Two siblings are reunited after the death of their father. However, both of them seem to be positive that there’s more to their dad’s death than what they’re being told.
The first issue of Grendel, Kentucky doesn’t deliver much in terms of the spookier side of things, but those elements are definitely going on in the background. The opening sequence of what is presumably Clyde suiting up for a battle with some unknowable evil sets the tone right away. There’s an intensity in his eyes that only belongs to a man consumed by what he must do, and the panels showing how strapped he is really sell the danger of the situation, even without directly showing us what he’s getting into.
That’s a hell of an establishing scene, but where this issue really excels is in the quiet moments. Jeff McComskey and Tommy Lee Edwards give the reader plenty of smaller scenes that establish where these characters are in their lives. Whether it’s Denny moving drugs or the solemn sight of Marnie’s motorcycle gang escorting her to her father’s funeral, we get to learn so much about our protagonists through their silence.
However, the voices of the various characters are still very well defined. Right out of the gate, everyone feels like a lived-in character. There’s so much history loaded into every line of dialogue, every interaction. There’s an unspoken tension in the air at all times, making even the quieter moments (and that’s most of what this issue is) feel more dangerous and charged than a bar brawl (but don’t worry; readers get one of those here, too).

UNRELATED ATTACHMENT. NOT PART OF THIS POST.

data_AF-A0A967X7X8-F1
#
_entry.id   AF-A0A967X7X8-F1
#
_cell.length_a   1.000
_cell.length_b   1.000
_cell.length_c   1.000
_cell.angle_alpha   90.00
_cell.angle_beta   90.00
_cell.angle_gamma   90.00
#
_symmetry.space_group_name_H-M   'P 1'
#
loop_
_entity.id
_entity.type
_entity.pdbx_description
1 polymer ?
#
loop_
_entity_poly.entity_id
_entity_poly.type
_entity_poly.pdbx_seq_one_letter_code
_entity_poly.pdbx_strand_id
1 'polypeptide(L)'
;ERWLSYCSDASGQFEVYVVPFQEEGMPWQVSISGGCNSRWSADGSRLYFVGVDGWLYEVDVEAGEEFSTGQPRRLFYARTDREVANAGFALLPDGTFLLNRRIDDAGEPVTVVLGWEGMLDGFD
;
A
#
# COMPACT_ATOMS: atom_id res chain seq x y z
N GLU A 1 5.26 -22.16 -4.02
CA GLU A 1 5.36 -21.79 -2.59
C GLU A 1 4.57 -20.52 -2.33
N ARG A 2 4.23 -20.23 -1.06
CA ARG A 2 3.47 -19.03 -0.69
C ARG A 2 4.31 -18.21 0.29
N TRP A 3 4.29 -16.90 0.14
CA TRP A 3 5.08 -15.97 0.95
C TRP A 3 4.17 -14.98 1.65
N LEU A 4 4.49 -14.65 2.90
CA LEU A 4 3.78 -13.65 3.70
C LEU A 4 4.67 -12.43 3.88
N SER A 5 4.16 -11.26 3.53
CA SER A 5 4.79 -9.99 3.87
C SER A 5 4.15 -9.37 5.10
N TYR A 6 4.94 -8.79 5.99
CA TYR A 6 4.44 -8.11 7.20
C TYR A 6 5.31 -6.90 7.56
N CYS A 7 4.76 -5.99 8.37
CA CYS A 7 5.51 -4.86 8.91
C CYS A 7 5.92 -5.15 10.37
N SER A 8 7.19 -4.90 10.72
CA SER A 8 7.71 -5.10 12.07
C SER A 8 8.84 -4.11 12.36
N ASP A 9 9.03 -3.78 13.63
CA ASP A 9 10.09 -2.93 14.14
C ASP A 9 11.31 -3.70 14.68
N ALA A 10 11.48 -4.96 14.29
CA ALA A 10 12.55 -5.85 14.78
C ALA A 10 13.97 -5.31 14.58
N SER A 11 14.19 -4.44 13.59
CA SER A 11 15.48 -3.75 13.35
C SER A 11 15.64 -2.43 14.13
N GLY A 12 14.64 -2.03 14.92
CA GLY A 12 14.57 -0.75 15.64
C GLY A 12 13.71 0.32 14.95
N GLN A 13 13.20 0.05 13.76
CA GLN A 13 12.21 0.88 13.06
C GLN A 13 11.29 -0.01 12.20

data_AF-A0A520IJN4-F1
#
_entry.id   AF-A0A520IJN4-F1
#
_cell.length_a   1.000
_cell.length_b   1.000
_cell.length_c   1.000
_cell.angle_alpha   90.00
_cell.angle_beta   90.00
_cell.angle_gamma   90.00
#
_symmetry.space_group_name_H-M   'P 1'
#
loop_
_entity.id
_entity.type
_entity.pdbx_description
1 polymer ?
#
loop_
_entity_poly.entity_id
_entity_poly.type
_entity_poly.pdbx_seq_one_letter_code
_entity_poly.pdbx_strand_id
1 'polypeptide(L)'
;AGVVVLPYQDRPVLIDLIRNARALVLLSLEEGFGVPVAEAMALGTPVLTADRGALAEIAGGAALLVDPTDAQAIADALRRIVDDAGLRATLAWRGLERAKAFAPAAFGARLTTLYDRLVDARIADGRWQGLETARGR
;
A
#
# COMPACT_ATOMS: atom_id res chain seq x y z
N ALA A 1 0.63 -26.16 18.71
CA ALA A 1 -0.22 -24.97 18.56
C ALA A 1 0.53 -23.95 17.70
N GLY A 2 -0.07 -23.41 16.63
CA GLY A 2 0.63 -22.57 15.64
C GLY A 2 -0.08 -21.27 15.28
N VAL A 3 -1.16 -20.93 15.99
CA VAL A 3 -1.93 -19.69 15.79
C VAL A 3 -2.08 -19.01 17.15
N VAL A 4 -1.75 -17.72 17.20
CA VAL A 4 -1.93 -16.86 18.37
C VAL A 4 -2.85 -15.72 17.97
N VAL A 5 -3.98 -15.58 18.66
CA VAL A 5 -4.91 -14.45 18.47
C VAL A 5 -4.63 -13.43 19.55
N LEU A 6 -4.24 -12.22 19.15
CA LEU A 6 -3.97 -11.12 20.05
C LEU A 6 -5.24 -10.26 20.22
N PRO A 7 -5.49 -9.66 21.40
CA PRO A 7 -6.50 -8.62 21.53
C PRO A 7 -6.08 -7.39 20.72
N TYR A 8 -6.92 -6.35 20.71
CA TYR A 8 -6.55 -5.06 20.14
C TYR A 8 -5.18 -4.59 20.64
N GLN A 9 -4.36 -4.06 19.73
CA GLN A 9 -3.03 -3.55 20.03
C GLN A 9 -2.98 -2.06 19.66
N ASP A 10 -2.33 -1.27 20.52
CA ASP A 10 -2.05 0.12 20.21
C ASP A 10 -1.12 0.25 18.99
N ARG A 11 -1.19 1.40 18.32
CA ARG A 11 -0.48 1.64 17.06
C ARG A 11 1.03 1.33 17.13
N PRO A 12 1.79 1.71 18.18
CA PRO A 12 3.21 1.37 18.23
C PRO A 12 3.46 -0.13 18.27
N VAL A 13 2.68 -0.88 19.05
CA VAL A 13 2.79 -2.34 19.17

John Workman also makes a meal out of the lettering in this issue, particularly when it comes to sound effects. There’s a variation of style and color to each sound effect, with some things having an appropriate crunch to them, while others relay the lightness that should be felt in a certain situation, like a crowd of people laughing.
Again, much of this first issue is concerned with getting the characters together and helping the reader to get to know them. Anyone who is expecting the horror elements to be front loaded in this series may find themselves disappointed. It also jumps around a bit in the early pages, which had me re-reading a page or two to make sure I didn’t miss anything.
However, patient readers will find plenty to latch onto in this introductory chapter. It’s full of strong character work and detailed illustrations. It seems that McComsey and Edwards want us to really know these folks and their hometown before the real horror begins. On that front, this issue succeeds splendidly.